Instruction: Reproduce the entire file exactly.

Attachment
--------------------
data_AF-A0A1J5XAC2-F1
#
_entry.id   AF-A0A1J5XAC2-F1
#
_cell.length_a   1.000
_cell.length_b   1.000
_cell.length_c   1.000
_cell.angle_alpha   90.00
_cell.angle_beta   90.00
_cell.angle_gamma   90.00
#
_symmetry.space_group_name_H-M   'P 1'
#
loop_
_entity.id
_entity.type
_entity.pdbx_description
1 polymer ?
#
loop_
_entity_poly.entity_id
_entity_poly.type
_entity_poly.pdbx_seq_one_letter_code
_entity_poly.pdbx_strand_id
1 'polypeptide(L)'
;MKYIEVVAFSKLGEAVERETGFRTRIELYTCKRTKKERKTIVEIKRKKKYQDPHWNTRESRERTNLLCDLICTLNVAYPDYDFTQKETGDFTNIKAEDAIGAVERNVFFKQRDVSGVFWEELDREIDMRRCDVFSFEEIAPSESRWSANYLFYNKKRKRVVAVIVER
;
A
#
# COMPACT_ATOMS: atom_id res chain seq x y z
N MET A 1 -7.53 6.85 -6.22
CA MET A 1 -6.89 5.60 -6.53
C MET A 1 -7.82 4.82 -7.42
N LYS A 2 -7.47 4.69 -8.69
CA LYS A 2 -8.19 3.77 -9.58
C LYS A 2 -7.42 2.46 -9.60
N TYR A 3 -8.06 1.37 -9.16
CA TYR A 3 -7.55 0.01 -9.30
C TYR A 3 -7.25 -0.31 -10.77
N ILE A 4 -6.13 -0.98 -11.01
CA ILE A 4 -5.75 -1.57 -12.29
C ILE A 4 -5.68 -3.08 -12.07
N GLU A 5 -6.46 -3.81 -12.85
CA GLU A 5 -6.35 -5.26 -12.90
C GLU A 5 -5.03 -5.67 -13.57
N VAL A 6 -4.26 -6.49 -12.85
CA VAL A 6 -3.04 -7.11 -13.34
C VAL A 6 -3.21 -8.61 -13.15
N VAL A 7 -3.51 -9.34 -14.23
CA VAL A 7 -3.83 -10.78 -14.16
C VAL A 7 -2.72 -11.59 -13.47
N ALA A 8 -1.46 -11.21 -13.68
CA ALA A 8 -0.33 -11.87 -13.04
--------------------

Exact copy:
data_AF-A0A1J5XAC2-F1
#
_entry.id   AF-A0A1J5XAC2-F1
#
_cell.length_a   1.000
_cell.length_b   1.000
_cell.length_c   1.000
_cell.angle_alpha   90.00
_cell.angle_beta   90.00
_cell.angle_gamma   90.00
#
_symmetry.space_group_name_H-M   'P 1'
#
loop_
_entity.id
_entity.type
_entity.pdbx_description
1 polymer ?
#
loop_
_entity_poly.entity_id
_entity_poly.type
_entity_poly.pdbx_seq_one_letter_code
_entity_poly.pdbx_strand_id
1 'polypeptide(L)'
;MKYIEVVAFSKLGEAVERETGFRTRIELYTCKRTKKERKTIVEIKRKKKYQDPHWNTRESRERTNLLCDLICTLNVAYPDYDFTQKETGDFTNIKAEDAIGAVERNVFFKQRDVSGVFWEELDREIDMRRCDVFSFEEIAPSESRWSANYLFYNKKRKRVVAVIVER
;
A
#
# COMPACT_ATOMS: atom_id res chain seq x y z
N MET A 1 -7.53 6.85 -6.22
CA MET A 1 -6.89 5.60 -6.53
C MET A 1 -7.82 4.82 -7.42
N LYS A 2 -7.47 4.69 -8.69
CA LYS A 2 -8.19 3.77 -9.58
C LYS A 2 -7.42 2.46 -9.60
N TYR A 3 -8.06 1.37 -9.16
CA TYR A 3 -7.55 0.01 -9.30
C TYR A 3 -7.25 -0.31 -10.77
N ILE A 4 -6.13 -0.98 -11.01
CA ILE A 4 -5.75 -1.57 -12.29
C ILE A 4 -5.68 -3.08 -12.07
N GLU A 5 -6.46 -3.81 -12.85
CA GLU A 5 -6.35 -5.26 -12.90
C GLU A 5 -5.03 -5.67 -13.57
N VAL A 6 -4.26 -6.49 -12.85
CA VAL A 6 -3.04 -7.11 -13.34
C VAL A 6 -3.21 -8.61 -13.15
N VAL A 7 -3.51 -9.34 -14.23
CA VAL A 7 -3.83 -10.78 -14.16
C VAL A 7 -2.72 -11.59 -13.47
N ALA A 8 -1.46 -11.21 -13.68
CA ALA A 8 -0.33 -11.87 -13.04